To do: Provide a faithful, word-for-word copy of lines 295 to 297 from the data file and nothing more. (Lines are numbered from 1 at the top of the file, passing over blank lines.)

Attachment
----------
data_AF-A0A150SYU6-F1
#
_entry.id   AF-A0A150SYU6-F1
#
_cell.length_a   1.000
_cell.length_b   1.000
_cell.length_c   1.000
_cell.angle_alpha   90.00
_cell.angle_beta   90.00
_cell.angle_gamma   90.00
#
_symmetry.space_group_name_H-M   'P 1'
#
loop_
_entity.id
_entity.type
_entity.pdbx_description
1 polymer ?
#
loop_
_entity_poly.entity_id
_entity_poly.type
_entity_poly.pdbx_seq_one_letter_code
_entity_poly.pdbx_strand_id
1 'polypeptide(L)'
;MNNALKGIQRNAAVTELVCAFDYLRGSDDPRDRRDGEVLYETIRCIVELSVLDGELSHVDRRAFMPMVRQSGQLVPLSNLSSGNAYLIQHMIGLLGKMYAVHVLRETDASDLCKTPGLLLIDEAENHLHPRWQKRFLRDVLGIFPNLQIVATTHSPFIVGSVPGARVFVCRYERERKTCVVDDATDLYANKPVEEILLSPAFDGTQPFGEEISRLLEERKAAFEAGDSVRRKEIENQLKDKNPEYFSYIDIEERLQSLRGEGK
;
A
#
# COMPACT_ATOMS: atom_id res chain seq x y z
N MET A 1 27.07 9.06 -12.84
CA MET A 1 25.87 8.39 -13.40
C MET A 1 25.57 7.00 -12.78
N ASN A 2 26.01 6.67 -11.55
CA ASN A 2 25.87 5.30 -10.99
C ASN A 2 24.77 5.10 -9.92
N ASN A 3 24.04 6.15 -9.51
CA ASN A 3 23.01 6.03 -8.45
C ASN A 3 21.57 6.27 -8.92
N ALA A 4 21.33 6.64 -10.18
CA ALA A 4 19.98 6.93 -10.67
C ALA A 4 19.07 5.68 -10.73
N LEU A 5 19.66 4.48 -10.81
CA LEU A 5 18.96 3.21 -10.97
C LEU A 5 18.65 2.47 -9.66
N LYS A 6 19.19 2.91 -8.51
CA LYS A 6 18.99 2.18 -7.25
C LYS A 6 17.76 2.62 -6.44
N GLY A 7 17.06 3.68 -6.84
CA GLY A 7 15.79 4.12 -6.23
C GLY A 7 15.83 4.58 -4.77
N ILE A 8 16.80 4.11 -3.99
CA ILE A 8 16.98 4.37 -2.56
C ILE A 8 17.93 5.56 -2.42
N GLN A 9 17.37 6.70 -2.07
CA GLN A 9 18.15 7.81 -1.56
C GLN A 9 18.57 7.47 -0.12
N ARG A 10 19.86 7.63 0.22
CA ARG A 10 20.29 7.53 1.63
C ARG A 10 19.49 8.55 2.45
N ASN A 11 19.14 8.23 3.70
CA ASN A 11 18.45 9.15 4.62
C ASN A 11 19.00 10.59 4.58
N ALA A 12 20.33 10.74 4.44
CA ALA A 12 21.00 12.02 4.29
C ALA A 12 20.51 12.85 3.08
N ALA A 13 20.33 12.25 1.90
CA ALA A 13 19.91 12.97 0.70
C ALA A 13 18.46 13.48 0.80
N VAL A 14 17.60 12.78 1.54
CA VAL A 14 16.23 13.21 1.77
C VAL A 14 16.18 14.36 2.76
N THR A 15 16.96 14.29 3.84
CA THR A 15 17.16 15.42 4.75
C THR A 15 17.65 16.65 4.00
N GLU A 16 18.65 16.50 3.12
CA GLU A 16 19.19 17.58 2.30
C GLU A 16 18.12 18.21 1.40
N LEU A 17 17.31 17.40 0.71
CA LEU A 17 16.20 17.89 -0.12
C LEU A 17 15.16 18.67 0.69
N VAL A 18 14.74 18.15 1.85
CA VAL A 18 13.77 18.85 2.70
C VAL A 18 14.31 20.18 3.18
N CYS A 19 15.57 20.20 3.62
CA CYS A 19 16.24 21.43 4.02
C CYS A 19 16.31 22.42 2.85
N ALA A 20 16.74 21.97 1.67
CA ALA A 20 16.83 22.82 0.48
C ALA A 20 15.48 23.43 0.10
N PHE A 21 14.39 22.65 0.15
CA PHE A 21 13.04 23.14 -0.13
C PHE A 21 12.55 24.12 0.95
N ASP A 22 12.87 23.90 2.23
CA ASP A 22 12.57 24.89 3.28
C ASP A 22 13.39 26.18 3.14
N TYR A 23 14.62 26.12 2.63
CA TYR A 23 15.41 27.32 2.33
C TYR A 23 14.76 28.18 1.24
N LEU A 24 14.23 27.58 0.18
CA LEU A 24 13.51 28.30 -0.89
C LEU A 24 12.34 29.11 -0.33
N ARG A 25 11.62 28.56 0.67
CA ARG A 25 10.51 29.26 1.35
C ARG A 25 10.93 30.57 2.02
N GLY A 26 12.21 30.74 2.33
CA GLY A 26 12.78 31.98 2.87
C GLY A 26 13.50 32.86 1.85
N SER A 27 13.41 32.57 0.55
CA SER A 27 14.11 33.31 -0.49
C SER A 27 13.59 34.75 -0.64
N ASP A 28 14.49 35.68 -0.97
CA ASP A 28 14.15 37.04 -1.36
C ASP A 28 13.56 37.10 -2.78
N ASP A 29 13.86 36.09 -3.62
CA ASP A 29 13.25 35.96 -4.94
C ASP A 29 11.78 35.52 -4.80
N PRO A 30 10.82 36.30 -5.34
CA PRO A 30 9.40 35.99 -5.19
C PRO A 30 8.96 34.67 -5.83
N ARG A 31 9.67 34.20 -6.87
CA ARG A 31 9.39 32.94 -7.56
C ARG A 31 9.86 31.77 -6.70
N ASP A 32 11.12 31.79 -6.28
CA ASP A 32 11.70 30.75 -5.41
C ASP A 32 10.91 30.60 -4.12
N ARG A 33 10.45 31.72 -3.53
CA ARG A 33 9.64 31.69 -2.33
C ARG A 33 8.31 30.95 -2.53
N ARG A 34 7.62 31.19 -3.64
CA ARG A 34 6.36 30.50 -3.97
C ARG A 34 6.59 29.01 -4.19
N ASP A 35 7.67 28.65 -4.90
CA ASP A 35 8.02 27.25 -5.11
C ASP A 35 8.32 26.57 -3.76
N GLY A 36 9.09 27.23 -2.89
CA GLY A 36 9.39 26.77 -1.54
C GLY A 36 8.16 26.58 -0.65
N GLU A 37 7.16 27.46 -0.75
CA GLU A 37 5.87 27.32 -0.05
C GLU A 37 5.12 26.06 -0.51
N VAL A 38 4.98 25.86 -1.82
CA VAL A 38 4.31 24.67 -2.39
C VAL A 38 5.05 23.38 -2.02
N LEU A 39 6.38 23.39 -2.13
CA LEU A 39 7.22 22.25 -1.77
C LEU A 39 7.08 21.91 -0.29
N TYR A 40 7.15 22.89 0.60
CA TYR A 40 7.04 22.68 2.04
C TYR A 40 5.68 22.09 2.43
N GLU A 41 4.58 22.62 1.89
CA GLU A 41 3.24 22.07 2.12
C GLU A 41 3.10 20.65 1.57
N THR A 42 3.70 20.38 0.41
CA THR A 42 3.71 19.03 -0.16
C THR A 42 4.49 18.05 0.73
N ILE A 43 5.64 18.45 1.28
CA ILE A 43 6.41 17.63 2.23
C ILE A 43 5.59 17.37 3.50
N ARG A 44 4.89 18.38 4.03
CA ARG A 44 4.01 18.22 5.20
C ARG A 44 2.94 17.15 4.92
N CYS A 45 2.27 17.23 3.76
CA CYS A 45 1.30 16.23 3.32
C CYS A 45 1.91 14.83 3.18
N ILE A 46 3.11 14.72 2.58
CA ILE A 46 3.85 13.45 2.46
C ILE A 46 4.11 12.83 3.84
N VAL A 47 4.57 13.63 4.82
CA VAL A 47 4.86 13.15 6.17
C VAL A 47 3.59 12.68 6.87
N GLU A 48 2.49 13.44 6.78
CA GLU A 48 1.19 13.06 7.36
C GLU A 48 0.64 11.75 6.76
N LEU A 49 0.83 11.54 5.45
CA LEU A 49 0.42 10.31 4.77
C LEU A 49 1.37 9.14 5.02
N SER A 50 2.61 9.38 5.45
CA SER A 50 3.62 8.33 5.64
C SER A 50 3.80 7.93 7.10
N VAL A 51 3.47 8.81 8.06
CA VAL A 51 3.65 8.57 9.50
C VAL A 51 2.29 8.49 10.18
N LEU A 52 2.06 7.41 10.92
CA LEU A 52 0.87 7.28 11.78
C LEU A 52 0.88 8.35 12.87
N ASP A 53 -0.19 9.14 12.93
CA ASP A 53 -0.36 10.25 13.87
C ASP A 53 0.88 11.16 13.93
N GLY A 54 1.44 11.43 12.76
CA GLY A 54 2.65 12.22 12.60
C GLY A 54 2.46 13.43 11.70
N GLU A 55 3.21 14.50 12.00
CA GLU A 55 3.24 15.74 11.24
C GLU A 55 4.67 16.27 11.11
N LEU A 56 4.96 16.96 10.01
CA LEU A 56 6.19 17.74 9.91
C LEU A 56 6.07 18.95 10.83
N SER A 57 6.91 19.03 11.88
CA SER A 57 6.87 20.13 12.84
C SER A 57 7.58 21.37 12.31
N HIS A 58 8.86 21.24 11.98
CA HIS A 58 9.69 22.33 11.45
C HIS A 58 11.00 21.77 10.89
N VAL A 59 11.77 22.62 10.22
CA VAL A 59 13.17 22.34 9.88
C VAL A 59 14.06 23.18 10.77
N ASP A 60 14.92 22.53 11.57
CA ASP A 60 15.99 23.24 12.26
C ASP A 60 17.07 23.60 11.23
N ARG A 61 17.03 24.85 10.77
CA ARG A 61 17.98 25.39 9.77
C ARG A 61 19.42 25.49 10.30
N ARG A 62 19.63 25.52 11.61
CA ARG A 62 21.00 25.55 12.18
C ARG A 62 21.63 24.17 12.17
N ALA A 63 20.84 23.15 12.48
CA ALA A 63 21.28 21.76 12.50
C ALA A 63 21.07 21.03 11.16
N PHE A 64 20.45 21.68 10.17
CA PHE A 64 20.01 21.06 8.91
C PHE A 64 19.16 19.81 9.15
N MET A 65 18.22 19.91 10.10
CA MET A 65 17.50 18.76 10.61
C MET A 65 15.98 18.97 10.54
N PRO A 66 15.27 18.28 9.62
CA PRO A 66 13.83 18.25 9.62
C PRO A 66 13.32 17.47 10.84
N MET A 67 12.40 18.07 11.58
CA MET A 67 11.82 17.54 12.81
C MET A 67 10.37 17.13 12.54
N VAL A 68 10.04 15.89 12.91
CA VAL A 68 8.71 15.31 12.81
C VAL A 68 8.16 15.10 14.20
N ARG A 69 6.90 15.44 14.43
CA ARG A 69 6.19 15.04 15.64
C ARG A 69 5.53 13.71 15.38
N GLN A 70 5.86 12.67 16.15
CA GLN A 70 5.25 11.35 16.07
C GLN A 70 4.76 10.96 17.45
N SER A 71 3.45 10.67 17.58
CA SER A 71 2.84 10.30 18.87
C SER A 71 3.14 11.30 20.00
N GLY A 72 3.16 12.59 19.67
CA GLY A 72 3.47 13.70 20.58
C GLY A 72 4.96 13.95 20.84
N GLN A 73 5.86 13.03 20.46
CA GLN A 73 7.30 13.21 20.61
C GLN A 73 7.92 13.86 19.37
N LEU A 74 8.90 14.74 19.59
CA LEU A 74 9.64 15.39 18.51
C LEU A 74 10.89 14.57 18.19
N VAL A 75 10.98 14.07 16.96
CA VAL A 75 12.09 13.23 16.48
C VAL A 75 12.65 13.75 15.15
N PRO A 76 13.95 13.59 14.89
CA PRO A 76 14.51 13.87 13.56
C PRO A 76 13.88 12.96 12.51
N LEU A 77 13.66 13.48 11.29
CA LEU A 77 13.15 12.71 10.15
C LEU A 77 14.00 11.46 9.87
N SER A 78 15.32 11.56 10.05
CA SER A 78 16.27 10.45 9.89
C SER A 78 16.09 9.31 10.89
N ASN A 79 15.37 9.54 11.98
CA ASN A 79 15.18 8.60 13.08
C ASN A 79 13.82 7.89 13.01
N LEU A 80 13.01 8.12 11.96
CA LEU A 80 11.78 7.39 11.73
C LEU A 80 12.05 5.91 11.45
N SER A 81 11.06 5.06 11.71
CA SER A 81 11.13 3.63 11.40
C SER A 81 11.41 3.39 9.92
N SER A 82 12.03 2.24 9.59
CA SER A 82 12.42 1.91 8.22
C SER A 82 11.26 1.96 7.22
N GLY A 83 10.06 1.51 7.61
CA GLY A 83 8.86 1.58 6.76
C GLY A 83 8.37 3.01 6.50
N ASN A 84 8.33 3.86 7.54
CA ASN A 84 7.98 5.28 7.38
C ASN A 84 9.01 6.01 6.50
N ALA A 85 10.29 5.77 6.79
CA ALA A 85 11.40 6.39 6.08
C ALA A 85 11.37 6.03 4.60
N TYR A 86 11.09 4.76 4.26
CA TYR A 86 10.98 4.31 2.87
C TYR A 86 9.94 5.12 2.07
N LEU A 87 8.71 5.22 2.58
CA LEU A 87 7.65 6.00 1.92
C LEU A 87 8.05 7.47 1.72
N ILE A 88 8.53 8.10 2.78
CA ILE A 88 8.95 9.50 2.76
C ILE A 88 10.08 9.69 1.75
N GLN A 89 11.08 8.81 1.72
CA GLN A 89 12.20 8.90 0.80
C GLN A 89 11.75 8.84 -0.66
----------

N GLN A 89 11.08 8.81 1.72
CA GLN A 89 12.20 8.90 0.80
C GLN A 89 11.75 8.84 -0.66